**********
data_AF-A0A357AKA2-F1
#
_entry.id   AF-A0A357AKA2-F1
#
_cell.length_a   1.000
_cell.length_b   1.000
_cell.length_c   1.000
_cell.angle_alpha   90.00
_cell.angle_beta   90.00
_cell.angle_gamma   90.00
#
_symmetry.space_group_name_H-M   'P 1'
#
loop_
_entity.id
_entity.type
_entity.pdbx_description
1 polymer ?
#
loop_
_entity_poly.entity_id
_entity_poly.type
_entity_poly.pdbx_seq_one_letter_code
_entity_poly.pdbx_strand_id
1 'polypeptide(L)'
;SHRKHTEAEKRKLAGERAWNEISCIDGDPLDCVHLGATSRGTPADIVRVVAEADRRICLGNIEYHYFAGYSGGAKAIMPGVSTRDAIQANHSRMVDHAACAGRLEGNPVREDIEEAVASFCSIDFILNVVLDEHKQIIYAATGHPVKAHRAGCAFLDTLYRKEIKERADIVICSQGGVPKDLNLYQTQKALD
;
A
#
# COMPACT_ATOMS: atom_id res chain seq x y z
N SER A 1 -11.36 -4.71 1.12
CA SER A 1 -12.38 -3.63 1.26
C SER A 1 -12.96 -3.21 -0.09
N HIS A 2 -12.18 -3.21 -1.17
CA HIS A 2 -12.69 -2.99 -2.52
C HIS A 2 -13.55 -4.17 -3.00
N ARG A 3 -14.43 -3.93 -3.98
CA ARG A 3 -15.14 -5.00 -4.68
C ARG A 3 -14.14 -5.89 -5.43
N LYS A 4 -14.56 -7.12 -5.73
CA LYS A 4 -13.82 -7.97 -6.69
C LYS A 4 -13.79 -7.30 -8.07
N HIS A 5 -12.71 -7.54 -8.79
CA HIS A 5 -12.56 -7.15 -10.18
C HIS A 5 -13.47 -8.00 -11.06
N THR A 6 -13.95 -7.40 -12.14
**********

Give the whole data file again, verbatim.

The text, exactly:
data_AF-A0A357AKA2-F1
#
_entry.id   AF-A0A357AKA2-F1
#
_cell.length_a   1.000
_cell.length_b   1.000
_cell.length_c   1.000
_cell.angle_alpha   90.00
_cell.angle_beta   90.00
_cell.angle_gamma   90.00
#
_symmetry.space_group_name_H-M   'P 1'
#
loop_
_entity.id
_entity.type
_entity.pdbx_description
1 polymer ?
#
loop_
_entity_poly.entity_id
_entity_poly.type
_entity_poly.pdbx_seq_one_letter_code
_entity_poly.pdbx_strand_id
1 'polypeptide(L)'
;SHRKHTEAEKRKLAGERAWNEISCIDGDPLDCVHLGATSRGTPADIVRVVAEADRRICLGNIEYHYFAGYSGGAKAIMPGVSTRDAIQANHSRMVDHAACAGRLEGNPVREDIEEAVASFCSIDFILNVVLDEHKQIIYAATGHPVKAHRAGCAFLDTLYRKEIKERADIVICSQGGVPKDLNLYQTQKALD
;
A
#
# COMPACT_ATOMS: atom_id res chain seq x y z
N SER A 1 -11.36 -4.71 1.12
CA SER A 1 -12.38 -3.63 1.26
C SER A 1 -12.96 -3.21 -0.09
N HIS A 2 -12.18 -3.21 -1.17
CA HIS A 2 -12.69 -2.99 -2.52
C HIS A 2 -13.55 -4.17 -3.00
N ARG A 3 -14.43 -3.93 -3.98
CA ARG A 3 -15.14 -5.00 -4.68
C ARG A 3 -14.14 -5.89 -5.43
N LYS A 4 -14.56 -7.12 -5.73
CA LYS A 4 -13.82 -7.97 -6.69
C LYS A 4 -13.79 -7.30 -8.07
N HIS A 5 -12.71 -7.54 -8.79
CA HIS A 5 -12.56 -7.15 -10.18
C HIS A 5 -13.47 -8.00 -11.06
N THR A 6 -13.95 -7.40 -12.14